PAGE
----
Saturday, June 03, 2006

Three A's

I have a fascination with such conditions as Autism, Asperger’s and Alzheimer’s.

I have thoughts about autism, which may be completely inaccurate. I once was a swimming instructor and for whatever reason I had a knack for teaching children with special needs. My experience in the water didn’t match up with my research on autism. Perhaps it was the water environment and that stimulus that put my experience and my reading at odds. I suspect the children I had in my classes were all high functional.

I learned from them. They required a calm and a gentle approach and not the general excited activity of an average swim class. I could feel the tension in their bodies when and activity became too much for them. Also the children I taught were verbal. At first their remarks seemed completely out of place to our activity. As I gained experience I realized their remarks were an attempt in establishing an order to the feelings and stimulus of the lesson.

The indoor pool environment is all wrong for a child with autism. I could easily design a pool that would accommodate their needs. Of course that pool will never be built because who would spend the money on a accommodating those needs. Pools are very well lit, have poor acoustics (echo), and busy. If I designed a pool it would use only underwater lamps, I would line the walls, ceiling, and floors with materials that would absorb sound. The only voice I want the child to hear is mine. Of course I never had that environment to work in.

The world seemed too big for the children I taught. If I could make the world appeared to be smaller then there was an opportunity to learn. If I managed that then teaching them to swim was easy.

In hindsight now, I believe these children had Asperger’s Syndrome. I only became aware of Aspergers 15 years ago. I never experienced an absence of emotion from these children rather the children demonstrated stronger emotions than most. The stimuli of the world were overwhelming, reduce the stimuli to these high function children and they are no different than anybody else. The absense of emotion comes when an over stimulated child shuts down. Frrustration was often predominant, which I prefferred to the child that just turns off completely.

What does Alzheimer’s have to do with this? Nothing really. Just another interest of mine. Used to be the only conclusive diagnostics of Alzheimer’s was an autopsy. That is no longer true. We have ways to take pictures of the brain now. There is a build up a protein plaque in the brain that reduces the function of receiving and sending messages along the neural net. There are ways to reduce this plaque, which will slow down the process of Alzheimer’s. It is no cure and we have yet to discover the cause.


Anonymous said...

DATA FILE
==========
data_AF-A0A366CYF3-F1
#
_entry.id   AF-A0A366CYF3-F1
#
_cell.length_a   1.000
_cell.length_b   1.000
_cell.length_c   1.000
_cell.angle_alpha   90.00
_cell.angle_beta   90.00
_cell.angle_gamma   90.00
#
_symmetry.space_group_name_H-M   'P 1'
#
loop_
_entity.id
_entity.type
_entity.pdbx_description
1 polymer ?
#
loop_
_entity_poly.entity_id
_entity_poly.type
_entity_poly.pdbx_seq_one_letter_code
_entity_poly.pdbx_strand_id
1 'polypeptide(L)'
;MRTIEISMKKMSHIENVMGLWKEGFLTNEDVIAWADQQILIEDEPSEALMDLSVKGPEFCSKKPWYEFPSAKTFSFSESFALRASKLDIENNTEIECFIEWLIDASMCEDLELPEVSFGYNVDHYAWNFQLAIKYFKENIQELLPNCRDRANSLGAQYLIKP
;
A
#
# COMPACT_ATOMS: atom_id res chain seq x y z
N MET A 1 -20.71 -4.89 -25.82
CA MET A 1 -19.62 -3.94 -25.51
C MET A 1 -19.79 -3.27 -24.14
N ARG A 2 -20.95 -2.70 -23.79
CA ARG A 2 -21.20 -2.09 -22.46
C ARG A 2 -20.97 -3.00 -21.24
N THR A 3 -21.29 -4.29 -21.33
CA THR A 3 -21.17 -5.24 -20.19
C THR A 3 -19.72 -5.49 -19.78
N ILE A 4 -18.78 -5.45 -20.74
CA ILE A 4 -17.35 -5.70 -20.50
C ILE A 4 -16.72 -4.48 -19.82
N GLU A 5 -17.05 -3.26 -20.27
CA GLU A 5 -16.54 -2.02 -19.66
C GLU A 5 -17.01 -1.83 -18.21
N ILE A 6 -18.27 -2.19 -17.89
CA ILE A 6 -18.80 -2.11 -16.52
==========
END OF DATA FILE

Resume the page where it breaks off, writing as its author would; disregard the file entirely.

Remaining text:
I love how you understand and have worked with these children. For a while I worked with a very young child with autism, when I did supply teaching. I worked one to one with him and found that he responded to me. In an ideal world no money would be spent on war and destruction but on helping our world to be a fit place for everywhich need.

Anonymous said...

Your blog posting is very interesting, Bob ... I am meeting with a young person later this week at work whom I would wager, from two telephone conversations, is either autistic or has Aspergers. I will try to respond appropriately to his different way of being and see if there is a suitable volunteer position for him.

Anonymous said...

I just realized I didn't put my name on the blog.

Netty... I am not sure I understood them.. I knew my environment which was the pool.. I undertsand a person has to be comfortable to learn. They taught me that.

Lulu... concrete and specific tasks without a lot of social obligations might be the ticket.

Anonymous said...

For the next year, I'm working on designing a course and writing a manual for adult literacy educators to help them better support & instruct adults with learning disabilities in their classes. Every "check list" I read that gives the signs and characteristics that are indicators of a learning disabiltiy lead me to say, "Oh - there I am.... that explains it, I have a learnning disability". Most people I know are on that list to some degree! Learning disabilities are about how a person processes information - takes it in, uses it, and then puts it out there in the world again. Writers are used to that process, since we do the same thing all the time - we re-fashion what we take in to create something new which we give back to the world. What we give back - if it is art - should be slightly askew. An off-balance vision.

People with learning disabilities have a breakdown somewhere along the way of processing information. Usually in one of the areas of the senses - vision or hearing - or in how they organize or retrieve information (hence memory problems). Their abilities are "uneven" - they are usually very intelligent - a case in point, Albert Einstein.

Anonymous said...

Thank You! Finally, someone who doesn't listen to the dumb stereotypes made about autistic people by the so-called 'experts'.

Very refreshing.